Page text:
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Author Topic: Anomalous voltage increase  (Read 22547 times)

Group: Tinkerer
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tExB=qr
since this is jsut a test for an "indication" of a change, any size should do.

You could try pumping out a container and making a simple one.  The vac caps that I have a concentric cofiguration rather than plate so the sirection of the gradient between the plates is different.
   

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if a magnetic field compresses space then I would think that the permittivity of a vacuum cap would change and this would be measured as a cange in capacitance

But what if the magnetic field only changes the permittivity of space while the magnetic field is changing?
   
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it was never my intention to start a discussion.
i just wanted to show Grumpy the circuit.

I realize now that i made a big mistake by posting and i appologize for that.

« Last Edit: 2010-09-24, 04:42:54 by Microcontroller »
   
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Microcontroller:

You made your first posting, that's great.  Honestly I can't really decipher the process that you are describing.  You show two diagrams and you description of what's going on is very limited and you don't indicate what diagram you are talking about.

However,  let's just talk about dumping a charged capacitor into a coil or vice-versa using a diode.  Let's assume that no energy is lost in the diode to make it simpler.

The energy in an inductor is 1/2*L*i-squared.

The energy in a capacitor is 1/2*C*v-squared

Since the energy is going to be the same in both cases, you can say:

1/2*L*i-squared = 1/2*C*v-squared

So if you rearrange the equation for the voltage on the capacitor you get:

v = sqrt(L*i-squared/C)

So so if the inductor discharges into the capacitor, then the smaller the cap, the higher the voltage you can get across the cap.

This should not be confused with the very high voltage spike you can get when you open-circuit an inductor that has current flowing through it.  In fact, if you have a large capacitor, then the same coil that can produce a very high voltage when you open-circuit it might only charge the large capacitor to 0.1 volts.  There will be no spike to speak of, just a small bump in the large capacitor's voltage.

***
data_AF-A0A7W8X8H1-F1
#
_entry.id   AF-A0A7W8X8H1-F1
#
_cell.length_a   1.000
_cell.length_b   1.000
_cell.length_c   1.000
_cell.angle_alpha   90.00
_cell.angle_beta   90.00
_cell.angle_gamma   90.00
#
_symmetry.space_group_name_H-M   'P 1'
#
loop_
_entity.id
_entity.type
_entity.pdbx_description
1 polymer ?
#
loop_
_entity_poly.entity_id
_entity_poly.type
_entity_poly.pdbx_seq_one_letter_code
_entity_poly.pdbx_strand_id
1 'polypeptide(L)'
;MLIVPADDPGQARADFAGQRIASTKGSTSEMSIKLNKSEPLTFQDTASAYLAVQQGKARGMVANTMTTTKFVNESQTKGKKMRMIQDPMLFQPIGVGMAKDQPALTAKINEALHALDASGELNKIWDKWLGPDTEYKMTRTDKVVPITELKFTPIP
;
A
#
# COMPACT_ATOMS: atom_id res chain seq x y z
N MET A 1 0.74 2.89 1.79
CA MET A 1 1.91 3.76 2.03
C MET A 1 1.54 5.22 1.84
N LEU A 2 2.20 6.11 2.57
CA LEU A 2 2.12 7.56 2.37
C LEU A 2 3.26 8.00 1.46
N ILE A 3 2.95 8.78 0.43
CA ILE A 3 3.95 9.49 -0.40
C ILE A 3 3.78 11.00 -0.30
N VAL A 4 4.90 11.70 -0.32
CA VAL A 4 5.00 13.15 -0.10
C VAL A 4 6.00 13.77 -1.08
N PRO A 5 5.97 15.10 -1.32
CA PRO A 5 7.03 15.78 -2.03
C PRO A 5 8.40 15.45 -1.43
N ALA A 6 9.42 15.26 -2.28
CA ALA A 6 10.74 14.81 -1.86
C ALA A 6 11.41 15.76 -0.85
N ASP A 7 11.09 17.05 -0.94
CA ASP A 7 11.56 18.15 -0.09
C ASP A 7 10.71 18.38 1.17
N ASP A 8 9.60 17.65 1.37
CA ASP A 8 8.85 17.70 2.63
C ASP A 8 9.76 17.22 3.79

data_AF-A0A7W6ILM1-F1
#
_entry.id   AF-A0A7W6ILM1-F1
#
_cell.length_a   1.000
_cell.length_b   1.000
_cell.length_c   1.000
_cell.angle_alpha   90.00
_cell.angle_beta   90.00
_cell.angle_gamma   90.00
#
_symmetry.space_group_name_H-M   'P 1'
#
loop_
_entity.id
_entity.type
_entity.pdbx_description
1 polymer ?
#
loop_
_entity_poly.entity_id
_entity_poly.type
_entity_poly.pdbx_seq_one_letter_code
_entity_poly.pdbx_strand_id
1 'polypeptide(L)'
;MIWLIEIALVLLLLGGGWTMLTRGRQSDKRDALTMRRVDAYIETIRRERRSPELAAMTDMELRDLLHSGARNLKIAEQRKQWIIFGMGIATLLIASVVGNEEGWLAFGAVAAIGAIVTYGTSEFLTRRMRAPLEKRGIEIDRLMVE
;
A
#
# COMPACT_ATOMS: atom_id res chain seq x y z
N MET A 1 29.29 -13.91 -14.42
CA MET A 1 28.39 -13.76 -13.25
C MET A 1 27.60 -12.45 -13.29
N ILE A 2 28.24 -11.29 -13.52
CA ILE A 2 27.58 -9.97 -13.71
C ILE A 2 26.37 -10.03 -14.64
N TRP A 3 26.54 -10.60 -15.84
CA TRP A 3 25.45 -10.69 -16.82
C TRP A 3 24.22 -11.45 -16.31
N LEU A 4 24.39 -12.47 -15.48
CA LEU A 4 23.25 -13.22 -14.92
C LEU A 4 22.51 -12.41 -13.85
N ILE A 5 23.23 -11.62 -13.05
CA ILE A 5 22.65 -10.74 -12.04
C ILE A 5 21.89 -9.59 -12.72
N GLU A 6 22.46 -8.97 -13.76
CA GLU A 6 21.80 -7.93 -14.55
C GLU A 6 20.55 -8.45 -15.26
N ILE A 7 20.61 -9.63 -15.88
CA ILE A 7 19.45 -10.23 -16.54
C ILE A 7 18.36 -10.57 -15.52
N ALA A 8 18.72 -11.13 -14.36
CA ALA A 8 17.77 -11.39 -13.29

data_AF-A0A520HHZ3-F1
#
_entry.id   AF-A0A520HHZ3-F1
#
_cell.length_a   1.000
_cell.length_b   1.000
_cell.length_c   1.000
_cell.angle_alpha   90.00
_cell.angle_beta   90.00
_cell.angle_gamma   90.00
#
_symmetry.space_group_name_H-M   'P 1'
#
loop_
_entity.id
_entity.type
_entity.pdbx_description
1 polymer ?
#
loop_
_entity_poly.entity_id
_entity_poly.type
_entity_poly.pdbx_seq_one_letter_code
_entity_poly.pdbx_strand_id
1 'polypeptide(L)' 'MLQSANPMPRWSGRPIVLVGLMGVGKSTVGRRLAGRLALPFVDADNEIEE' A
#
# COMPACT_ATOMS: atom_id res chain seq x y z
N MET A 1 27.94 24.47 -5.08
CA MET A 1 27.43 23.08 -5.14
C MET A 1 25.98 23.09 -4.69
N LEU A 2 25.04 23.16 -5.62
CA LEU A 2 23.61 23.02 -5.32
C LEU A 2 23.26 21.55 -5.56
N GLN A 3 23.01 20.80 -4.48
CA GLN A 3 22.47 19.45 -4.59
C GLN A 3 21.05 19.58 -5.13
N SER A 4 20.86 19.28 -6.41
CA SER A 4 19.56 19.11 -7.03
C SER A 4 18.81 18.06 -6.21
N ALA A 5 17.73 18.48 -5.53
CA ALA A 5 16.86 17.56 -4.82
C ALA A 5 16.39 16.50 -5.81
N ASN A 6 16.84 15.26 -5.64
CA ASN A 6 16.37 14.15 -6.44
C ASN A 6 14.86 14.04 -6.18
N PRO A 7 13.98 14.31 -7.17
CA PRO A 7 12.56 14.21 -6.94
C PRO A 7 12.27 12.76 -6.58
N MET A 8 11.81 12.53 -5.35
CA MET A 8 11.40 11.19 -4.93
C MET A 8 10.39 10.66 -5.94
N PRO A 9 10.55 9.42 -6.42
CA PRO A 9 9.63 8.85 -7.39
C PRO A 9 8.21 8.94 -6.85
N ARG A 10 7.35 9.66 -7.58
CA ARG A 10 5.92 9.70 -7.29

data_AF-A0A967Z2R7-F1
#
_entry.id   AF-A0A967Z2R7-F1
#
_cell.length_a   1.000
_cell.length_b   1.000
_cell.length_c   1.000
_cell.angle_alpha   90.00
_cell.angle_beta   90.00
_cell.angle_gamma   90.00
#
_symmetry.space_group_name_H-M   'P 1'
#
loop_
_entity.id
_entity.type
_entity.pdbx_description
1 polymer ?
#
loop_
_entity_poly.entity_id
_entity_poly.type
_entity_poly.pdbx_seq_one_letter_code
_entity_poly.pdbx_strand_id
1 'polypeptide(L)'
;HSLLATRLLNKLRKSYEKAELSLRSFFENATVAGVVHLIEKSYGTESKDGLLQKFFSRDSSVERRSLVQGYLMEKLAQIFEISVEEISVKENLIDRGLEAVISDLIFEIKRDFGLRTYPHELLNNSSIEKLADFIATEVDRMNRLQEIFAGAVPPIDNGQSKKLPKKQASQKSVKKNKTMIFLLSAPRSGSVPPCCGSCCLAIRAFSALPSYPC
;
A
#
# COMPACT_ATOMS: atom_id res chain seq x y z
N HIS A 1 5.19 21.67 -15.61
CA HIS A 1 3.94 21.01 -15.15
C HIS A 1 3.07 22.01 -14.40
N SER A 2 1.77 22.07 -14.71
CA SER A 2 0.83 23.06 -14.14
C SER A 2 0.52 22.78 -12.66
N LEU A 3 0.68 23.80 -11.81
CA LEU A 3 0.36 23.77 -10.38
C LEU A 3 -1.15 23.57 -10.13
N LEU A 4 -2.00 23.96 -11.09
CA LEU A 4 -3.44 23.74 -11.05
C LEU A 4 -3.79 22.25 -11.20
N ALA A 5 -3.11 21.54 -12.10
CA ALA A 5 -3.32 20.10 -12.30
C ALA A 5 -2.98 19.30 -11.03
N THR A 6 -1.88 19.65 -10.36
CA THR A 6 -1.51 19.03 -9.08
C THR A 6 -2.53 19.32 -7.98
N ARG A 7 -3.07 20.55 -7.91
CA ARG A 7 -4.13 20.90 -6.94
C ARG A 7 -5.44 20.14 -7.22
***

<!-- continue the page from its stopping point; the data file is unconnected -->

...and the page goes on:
MileHigh
   
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Microcontroller:

Just for fun, I will tell you what will happen with your first diagram.  I saw your comments in the chat so I figure your description in the posting was about the first diagram.

I assume that when you close S1 that current will flow from C1 through D1 into L1.

Let's also assume that the diodes are ideal for the fun of it.

So you start with C1 charged up with voltage.  In this case if you close S1 and keep it closed for a long time, then you will end up with C1 charged up again, but the voltage on C1 will be the opposite polarity.  So you end up reversing the voltage on C1.  That's it, the circuit will do nothing after this if you open and close S1.

Same initial setup again, but this time let's assume that you open S1 the moment the voltage across C1 is zero.  In this case let's pretend that the diodes are a bit more like real diodes.  So the moment you open the switch L1 will generate super-high voltage that's trying to push its way through C2 and D2.  Let's assume that you "blow up" D2 and it makes a firecracker noise.  You end up with something like C2 at about half the voltage of C1 and a blown D2 diode.  Same ending for S1, the circuit will do nothing after this if you open and close S1.

That's the way the cookie crumbles!

MileHigh
   
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It's turtles all the way down